In this lesson, let's find out how to talk about an event or celebration like NAIDOC Week: a celebration of Indigenous Australian culture, history and achievements that takes place during the first week of July in Australia. Talking about events or celebrations is a common requirement in English tests, so pick up some handy tips below on how to structure your thoughts.
When you are talking about an event or celebration, a good place to start is to introduce the name of the event and what it's about.
"This week we are celebrating NAIDOC Week in Australia. NAIDOC Week celebrates the history, culture and achievements of Aboriginal and Torres Strait Islander peoples."
An opening statement like this helps the listener understand what you are saying and what to expect.
'NAIDOC' is an 'acronym'. An acronym is a word formed from the first letters of the words that make up the name of something. Acronyms are often used for events and companies.
If you are using an acronym that is specific to your part of the world, explain what it stands for.
"'NAIDOC' stands for National Aboriginal and Islanders Day Observance Committee."
The next step is to expand on your statement and explain further. Is there a theme for this event? What are the key aspects of this celebration?
An event usually has a 'theme' that is the main focus of the event. It's useful to the listener if you mention that.
"The 2017 theme for NAIDOC Week is 'our languages matter'."
You can provide explanations that answer questions like: What does this theme mean? What is its significance?
'Significance' is a noun and 'significant' is the adjective form. A 'significant' event means a very important event.
"The significance of this year's theme is its focus on raising awareness of Indigenous languages."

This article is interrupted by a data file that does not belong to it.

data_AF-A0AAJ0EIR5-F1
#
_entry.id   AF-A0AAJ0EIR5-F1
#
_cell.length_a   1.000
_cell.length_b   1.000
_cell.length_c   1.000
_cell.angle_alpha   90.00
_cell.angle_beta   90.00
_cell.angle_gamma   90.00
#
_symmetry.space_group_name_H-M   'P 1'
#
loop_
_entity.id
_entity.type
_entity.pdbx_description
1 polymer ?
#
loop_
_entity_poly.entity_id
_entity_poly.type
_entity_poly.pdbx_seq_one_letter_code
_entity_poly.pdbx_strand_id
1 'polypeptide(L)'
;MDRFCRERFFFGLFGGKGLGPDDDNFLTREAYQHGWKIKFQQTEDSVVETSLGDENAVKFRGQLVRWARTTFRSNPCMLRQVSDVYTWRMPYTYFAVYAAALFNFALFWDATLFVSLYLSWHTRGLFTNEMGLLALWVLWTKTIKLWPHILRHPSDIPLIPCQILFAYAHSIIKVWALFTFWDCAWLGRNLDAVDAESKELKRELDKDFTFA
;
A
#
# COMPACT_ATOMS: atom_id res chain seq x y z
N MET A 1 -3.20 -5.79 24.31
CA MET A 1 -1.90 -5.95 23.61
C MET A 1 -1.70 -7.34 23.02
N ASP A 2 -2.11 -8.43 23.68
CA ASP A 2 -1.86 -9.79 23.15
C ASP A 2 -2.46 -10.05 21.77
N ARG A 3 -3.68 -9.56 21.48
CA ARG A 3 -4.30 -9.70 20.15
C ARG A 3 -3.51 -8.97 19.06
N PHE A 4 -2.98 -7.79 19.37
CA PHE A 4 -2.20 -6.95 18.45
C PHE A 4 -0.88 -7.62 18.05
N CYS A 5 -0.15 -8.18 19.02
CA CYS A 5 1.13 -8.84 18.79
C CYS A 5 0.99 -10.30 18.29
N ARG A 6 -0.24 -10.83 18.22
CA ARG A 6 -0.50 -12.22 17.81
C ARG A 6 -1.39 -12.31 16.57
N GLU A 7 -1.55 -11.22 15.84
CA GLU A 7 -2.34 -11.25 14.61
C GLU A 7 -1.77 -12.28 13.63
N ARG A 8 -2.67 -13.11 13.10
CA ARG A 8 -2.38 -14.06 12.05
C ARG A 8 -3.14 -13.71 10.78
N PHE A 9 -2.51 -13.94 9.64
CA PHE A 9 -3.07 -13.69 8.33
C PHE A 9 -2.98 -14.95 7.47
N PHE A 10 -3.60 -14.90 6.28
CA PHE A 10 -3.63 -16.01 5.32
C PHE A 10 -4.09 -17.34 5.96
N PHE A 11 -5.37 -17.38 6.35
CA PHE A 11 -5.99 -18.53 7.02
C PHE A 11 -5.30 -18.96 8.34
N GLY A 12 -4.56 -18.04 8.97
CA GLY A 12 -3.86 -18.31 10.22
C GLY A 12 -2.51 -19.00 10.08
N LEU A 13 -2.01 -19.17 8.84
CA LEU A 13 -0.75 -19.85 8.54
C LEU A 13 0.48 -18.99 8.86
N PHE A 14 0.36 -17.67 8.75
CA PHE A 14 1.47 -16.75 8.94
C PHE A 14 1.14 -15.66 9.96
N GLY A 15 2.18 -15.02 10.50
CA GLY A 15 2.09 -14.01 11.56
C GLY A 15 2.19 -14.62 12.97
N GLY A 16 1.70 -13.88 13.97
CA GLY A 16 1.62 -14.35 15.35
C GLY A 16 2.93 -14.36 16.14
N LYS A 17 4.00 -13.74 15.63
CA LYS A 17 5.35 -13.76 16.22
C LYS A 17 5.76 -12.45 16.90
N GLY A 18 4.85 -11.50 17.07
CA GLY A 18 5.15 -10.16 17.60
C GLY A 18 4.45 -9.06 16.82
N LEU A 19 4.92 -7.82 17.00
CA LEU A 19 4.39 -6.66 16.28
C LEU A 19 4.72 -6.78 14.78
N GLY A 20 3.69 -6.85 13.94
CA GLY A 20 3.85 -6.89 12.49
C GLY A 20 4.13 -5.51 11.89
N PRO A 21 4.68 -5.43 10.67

More information can be given to the listener by using specific vocabulary related to this event like 'Indigenous languages', 'Indigenous rights' and 'Indigenous Australians'.
'Indigenous languages' are languages spoken by Indigenous communities in Australia. They can also be called 'first languages'.
Some examples of Indigenous languages are: the Woiworung language, the Gangulu language and Yagara language.
"The Woiworung language is one of the many Indigenous languages of Australia. 'Wominjeka' means 'welcome' in the Woiworung language."
A number of words from Indigenous languages have become part of Australian English. Some well-known words are 'kangaroo', 'boomerang' and 'barramundi'.
'Indigenous' means native, or being from a particular place. 'Indigenous Australians' include Aboriginals and Torres Strait Islanders. Aboriginal and Torres Strait Islander people have lived in Australia for thousands of years.
If we are talking about historical facts, it's a good idea to talk about them in a chronological order.
To talk about something in 'chronological order' means to talk about events in the order in which they happened.
"Let me share this fact sheet on NAIDOC Week. It contains some historical facts in chronological order."
Don't forget to mention when the event happens and if it's a regular occurrence.
"Every year, the first week of July is set aside to celebrate NAIDOC Week in Australia."
You can use some useful time phrases like:
- Every year
- The first week of July
- In recent years
Finally, you can end with your personal experience of taking part in the event or with a general conclusion.
It is very important to have a good structure when you are talking about an event or celebration in your country. The person you are telling it to may not have experienced it before, so you will have to be clear when you are explaining things and use the right vocabulary to help you get your point across.
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